Welcome, welcome.  Happy Hunger Games! And may the odds be ever in your favor.

I. Love. This. Book.  After growing up reading Harry Potter, I felt a little part of me die when I watched the final movie last summer.  No more midnight book premieres?  No more midnight movies?   No more heated discussions about he movie adaptation?  What will I do?!!?   It created a hole in my heart.  A gaping Harry Potter sized hole in my heart that nothing could ever fill.

Until The Hunger Games.

Ahhh, midnight showings are back.  (Forget the everyone else in the theater was in high school.  And I had to work this morning.)   Thank you, directors,  for creating a faithful adaptation to the book without adding frills, extra scenes, or taking out major characters.  My literary soul thanks you.  It is vulnerable.  And prone to anger.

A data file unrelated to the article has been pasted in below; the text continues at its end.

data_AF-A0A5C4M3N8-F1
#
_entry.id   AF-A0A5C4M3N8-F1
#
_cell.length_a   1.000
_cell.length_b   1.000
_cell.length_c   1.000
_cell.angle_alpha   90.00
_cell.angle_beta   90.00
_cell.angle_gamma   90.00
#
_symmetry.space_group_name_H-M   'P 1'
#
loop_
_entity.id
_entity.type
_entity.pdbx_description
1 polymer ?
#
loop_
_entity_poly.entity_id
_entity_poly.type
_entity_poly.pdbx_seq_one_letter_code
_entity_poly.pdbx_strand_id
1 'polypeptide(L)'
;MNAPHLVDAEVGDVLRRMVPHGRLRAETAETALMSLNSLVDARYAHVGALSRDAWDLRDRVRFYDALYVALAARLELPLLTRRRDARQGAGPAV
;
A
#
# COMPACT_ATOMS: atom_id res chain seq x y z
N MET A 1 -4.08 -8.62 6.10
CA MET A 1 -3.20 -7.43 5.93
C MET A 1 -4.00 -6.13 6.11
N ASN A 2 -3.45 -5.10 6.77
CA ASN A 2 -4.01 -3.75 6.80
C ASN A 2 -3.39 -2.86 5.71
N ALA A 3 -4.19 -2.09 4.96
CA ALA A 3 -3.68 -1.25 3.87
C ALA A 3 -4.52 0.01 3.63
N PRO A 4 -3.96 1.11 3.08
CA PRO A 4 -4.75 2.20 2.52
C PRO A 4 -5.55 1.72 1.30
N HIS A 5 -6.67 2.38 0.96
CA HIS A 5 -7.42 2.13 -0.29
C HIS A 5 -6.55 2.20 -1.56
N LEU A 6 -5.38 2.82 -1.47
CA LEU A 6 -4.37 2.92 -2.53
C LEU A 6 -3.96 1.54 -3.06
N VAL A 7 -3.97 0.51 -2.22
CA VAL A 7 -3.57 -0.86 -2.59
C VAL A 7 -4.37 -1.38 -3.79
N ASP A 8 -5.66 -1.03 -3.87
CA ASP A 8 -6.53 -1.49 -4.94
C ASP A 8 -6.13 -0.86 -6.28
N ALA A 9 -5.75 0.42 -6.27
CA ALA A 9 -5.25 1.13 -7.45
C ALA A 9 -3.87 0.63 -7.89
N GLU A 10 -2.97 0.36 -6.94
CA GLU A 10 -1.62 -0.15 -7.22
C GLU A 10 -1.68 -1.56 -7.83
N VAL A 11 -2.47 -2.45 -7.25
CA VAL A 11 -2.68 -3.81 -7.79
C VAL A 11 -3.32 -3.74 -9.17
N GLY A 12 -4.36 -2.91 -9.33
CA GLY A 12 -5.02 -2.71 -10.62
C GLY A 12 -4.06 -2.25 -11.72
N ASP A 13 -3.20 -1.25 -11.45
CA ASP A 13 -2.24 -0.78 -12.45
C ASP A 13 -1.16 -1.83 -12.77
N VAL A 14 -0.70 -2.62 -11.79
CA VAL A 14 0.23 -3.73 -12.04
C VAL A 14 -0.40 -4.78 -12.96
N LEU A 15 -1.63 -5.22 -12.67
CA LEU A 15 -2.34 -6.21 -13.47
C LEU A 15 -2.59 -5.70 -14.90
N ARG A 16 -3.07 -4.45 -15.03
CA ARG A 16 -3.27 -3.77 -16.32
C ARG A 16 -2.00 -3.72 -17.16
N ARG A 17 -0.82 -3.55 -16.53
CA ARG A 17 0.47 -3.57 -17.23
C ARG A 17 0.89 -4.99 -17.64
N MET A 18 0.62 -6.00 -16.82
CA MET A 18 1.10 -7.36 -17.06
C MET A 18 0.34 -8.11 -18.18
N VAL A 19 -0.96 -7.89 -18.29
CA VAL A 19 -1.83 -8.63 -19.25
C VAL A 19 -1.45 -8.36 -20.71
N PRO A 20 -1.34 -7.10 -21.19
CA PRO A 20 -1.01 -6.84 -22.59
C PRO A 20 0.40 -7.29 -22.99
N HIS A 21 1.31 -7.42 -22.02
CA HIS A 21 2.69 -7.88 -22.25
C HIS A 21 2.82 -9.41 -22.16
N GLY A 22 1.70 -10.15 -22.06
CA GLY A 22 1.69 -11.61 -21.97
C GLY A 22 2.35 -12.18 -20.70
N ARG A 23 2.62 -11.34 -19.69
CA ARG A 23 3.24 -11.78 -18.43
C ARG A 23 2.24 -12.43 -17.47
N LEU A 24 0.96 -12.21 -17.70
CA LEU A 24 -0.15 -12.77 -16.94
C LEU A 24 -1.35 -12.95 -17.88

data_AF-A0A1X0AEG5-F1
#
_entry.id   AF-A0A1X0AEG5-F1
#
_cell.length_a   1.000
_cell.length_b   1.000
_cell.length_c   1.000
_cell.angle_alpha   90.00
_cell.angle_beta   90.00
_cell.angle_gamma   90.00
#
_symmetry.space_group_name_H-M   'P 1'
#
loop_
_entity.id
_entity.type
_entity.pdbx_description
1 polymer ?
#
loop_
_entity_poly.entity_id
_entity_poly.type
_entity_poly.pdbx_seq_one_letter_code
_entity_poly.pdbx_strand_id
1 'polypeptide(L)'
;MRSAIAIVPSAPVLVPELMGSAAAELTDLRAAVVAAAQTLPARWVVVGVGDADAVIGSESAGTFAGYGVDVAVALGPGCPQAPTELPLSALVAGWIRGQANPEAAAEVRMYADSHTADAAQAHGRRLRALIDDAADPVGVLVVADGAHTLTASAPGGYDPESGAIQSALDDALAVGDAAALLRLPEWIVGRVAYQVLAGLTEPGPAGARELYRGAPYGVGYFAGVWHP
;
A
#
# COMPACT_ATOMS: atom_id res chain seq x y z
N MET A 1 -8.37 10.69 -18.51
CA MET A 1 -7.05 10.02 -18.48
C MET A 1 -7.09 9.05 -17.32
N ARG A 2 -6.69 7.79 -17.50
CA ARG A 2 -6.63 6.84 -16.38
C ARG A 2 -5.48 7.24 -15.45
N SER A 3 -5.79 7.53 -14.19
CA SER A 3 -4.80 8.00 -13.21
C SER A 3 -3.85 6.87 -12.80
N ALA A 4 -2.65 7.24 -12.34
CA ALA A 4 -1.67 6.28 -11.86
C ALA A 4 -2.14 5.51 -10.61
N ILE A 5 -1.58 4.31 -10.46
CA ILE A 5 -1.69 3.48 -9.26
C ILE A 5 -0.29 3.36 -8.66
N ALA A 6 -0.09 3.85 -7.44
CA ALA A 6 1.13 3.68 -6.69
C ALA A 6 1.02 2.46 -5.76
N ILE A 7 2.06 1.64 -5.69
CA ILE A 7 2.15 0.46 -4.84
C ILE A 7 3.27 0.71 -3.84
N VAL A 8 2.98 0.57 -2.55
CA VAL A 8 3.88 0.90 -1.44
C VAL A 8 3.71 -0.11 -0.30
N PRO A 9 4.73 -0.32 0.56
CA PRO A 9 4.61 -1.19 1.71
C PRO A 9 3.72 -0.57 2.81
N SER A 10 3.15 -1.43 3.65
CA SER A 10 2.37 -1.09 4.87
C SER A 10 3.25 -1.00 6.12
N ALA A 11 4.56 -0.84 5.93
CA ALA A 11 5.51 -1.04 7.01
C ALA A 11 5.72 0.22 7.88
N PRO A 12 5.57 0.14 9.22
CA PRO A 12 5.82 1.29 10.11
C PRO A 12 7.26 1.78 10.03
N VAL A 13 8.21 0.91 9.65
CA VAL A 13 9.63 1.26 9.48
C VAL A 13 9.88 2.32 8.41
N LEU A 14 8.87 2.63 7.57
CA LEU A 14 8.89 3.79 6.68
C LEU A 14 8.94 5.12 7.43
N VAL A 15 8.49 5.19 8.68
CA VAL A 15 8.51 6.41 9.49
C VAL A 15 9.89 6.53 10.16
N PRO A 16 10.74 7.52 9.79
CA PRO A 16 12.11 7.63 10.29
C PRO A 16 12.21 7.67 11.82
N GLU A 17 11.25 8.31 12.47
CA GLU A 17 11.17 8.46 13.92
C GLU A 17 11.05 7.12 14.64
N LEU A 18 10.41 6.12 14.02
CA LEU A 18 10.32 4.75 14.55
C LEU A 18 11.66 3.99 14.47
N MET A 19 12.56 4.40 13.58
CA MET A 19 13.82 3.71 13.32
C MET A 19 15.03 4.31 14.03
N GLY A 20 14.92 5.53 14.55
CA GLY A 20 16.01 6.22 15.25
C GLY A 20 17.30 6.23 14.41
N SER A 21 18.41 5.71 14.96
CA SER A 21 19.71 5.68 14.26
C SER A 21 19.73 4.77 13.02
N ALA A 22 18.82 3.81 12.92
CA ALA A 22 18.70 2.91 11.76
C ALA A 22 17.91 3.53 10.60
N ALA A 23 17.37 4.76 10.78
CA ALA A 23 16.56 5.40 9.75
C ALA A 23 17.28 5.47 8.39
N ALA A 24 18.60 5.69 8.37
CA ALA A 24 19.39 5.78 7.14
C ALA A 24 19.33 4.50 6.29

Jennifer Lawrence at Katniss is perfect.  I may or may not have a small girl crush on her.  When the directors announced the casting list last year, I hated Jennifer Lawrence.  She was too blonde.  Too pretty.  Too stocky and strong to convincingly play a starving girl from District 12 with an insatiable desire to survive against the odds.  I was wrong. Bravo, Jennifer, you are everything I thought Katniss should be.

Stanley Tucci?  A dead ringer for Caesar Flickerman.  Rue?  Perf.  Effie? Perf.  I wasn’t super thrilled with Peeta, but not for any real reason.  I pictured him stockier and stronger.